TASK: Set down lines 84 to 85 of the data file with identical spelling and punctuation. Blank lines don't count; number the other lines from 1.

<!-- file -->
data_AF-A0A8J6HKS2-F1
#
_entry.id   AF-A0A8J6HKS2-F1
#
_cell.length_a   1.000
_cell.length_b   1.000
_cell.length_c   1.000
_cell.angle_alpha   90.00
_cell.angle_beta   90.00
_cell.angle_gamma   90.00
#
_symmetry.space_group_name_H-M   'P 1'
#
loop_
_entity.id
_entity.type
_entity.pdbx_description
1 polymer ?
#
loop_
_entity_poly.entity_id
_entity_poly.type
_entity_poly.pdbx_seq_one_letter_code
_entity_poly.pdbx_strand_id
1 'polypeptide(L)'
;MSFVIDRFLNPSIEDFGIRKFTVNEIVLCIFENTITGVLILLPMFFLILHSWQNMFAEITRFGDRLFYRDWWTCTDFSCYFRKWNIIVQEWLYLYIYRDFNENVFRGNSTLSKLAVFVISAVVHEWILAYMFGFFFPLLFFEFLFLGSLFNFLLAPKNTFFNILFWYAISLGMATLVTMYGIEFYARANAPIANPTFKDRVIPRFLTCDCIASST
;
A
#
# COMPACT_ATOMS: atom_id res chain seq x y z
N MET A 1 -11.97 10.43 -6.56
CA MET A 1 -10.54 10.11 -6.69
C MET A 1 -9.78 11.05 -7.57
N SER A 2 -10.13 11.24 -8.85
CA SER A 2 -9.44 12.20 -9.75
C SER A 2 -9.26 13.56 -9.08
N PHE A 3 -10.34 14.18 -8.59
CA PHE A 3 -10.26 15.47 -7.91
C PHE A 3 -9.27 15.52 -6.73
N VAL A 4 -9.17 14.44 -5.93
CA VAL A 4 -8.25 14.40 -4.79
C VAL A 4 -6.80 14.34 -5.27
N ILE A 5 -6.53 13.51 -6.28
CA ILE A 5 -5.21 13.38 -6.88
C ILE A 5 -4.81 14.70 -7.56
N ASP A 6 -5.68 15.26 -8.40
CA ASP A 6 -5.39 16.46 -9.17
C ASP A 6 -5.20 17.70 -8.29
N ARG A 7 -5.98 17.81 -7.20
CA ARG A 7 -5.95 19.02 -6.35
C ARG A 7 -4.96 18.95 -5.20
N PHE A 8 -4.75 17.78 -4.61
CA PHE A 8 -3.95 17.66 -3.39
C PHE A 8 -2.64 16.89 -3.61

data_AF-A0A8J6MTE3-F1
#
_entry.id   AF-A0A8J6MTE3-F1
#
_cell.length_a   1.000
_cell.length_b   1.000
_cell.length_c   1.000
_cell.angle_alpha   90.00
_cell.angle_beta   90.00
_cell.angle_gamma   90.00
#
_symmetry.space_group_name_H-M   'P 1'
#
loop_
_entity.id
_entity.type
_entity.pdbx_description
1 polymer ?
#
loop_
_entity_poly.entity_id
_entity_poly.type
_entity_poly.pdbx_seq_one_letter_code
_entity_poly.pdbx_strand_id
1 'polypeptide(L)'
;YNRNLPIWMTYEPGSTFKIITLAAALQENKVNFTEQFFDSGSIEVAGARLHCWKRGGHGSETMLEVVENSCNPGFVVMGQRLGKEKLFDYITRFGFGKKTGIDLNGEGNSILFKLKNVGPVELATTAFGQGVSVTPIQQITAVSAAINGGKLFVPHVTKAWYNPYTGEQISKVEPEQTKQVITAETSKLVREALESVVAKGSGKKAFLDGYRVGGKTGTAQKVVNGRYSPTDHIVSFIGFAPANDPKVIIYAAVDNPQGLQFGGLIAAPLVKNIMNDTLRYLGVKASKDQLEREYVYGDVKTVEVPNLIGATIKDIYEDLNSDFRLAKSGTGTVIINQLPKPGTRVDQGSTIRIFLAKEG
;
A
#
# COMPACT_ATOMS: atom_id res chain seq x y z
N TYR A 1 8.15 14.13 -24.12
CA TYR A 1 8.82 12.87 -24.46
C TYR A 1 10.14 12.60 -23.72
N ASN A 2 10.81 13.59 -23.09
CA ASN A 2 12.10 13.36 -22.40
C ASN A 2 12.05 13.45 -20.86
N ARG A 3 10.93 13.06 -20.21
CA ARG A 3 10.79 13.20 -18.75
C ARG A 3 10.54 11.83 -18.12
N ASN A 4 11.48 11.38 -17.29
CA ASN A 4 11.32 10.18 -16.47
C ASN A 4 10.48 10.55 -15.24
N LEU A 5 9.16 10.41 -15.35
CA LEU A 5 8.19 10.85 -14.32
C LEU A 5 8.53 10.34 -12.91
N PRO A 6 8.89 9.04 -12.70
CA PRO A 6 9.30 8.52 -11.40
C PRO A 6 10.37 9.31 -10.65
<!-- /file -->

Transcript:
# COMPACT_ATOMS: atom_id res chain seq x y z
N TYR A 1 8.15 14.13 -24.12